The Grim Reaper

There’s far less crying during the wake that precedes a funeral, at least in the cases I’ve experienced. I guess it’s at the funeral that the finality of death really sinks in, but even at the wake you know the person has exited this life. That wasn’t always the case before modern medical knowledge, when the wake was a time to allow the person in the coffin to wake up if he or she was merely unconscious. There’s no telling how many people were buried alive before this precaution. Just imagine waking up in a buried coffin and knowing you’ll soon be dead. As terrible as that would be, would you at least be assured that Heaven awaited you? Maybe you would be pleading with God to forgive you of your past, but if you ignored Him up until then, I doubt He would be listening. It’s not much different when people live in sin their whole lives and then ask for forgiveness when they know they’ll soon die for another reason.

People who purposely delay repentance until their lives are almost over are repenting out of necessity and not sincerity. And many who repent only after being diagnosed with a deadly disease would go back to living in sin if they found out the diagnosis was false. For others the diagnosis could be a wake-up call that brings about a real change of heart. No one is guaranteed a warning of imminent death, however, so it’s very foolish to play games with God by promising to repent at a later time. It shames me that I’ve done it myself and sometimes I feel guilty to be alive when so many others who didn’t play games with God ended up dying apart from Him. I had continually put off repentance, foolishly risking my soul for some temporary fun. Everyone’s fate is sealed upon death (Heb. 9:27), a time the Bible specifically warns could come at any time (James 4:13, 14). Death is inevitable. The first human and the first animals were formed from the dust of the ground (Gen. 2:7, 19), and to the ground bodies will return (Gen. 3:19). The cells that living creatures are made of are in turn made of the same kinds of atoms dirt is made of. Your body is subject to decomposition. Your soul, on the other hand, will be preserved.

Whether it’s for Heaven or Hell, all of the dead will be resurrected (Dan. 12:2; John 5:29). Heaven should be especially appealing to people who pay big money for a slim chance of resurrection in a body that will die again. I’m referring to cryonics, the practice of freezing dead bodies in liquid nitrogen in case there is ever a scientific breakthrough capable of reviving them. The first body wasn’t preserved this way until January 12, 1967, so despite the rumor you may have heard, Walt Disney’s body wasn’t one of them. He was cremated after his death in 1966, and cremation is something that raises a question. How does God resurrect a body that has been converted to ashes? (This question doesn’t consider the bodies that would be resurrected as skeletons.) Obviously it won’t be the same body, and even in this present life we don’t have the same bodies we used to. New cells continually replace old cells, and dead skin cells the body sheds make up most of the dust in the typical home. There will be no dust in Heaven, where residents will have immortal, incorruptible bodies in place of their old bodies (I Cor. 15:51-53). The bodies of Christians are likened to grains of wheat that must die to be revived (I Cor. 15:35-38) so that what was “sown in corruption [can be] raised in incorruption.” (I Cor. 15:42).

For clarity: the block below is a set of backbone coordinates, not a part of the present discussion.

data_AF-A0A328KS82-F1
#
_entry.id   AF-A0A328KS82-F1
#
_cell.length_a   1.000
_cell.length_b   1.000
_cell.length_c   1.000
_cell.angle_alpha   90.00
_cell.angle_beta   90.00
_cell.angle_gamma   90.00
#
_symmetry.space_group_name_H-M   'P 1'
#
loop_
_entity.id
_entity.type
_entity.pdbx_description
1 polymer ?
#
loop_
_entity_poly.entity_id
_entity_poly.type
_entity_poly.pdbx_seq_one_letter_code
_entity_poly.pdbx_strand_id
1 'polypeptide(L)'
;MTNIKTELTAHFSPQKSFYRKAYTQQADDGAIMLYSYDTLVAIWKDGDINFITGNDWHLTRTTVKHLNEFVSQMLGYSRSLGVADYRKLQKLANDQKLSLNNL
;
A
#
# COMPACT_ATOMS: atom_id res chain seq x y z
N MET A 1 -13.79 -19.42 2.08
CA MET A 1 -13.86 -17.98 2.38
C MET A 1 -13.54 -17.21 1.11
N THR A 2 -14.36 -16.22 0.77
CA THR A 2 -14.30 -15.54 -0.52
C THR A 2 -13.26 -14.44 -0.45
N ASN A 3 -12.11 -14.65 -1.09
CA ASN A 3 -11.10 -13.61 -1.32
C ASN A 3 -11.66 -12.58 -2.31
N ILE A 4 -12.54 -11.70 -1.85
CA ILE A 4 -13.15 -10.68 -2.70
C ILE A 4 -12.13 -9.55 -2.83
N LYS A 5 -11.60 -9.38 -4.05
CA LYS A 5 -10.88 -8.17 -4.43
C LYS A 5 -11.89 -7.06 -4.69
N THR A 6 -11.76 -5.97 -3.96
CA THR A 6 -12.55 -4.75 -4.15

In the last days there will be two harvests carried out by two reapers each having a sickle (Rev. 14:14-20). The first harvest will be joyful (vv. 14-16); the second will be grim (vv. 17-20). In a parable Jesus gave of these figurative harvests, He described an enemy sowing tares among the wheat in a field that the reapers are told to let grow together until they can be separated (Matt. 13:24-30). Explaining the parable, He said the reapers are angels separating the righteous (wheat) from the wicked (tares) at the end of the world (Matt. 13:36-43). The legend of the Grim Reaper, the harvester of souls, is similar enough to what the Bible says about the last days that I wondered if the legend had its origin in Scripture. So I did some research and learned no one knows for certain how death came to be personified in this way. There are numerous myths and legends to choose from to form a theory, but I’m still going to use the Grim Reaper as an analogy for the end of the world. He’s the one who will escort unsaved souls to Hell a thousand years after the resurrection of righteous souls (Rev. 20:4, 5), and “blessed and holy is he that hath part in the first resurrection” (Rev. 20:6). So if you’re right with God, you won’t be part of the second resurrection, and there’s no need to fear the Reaper.

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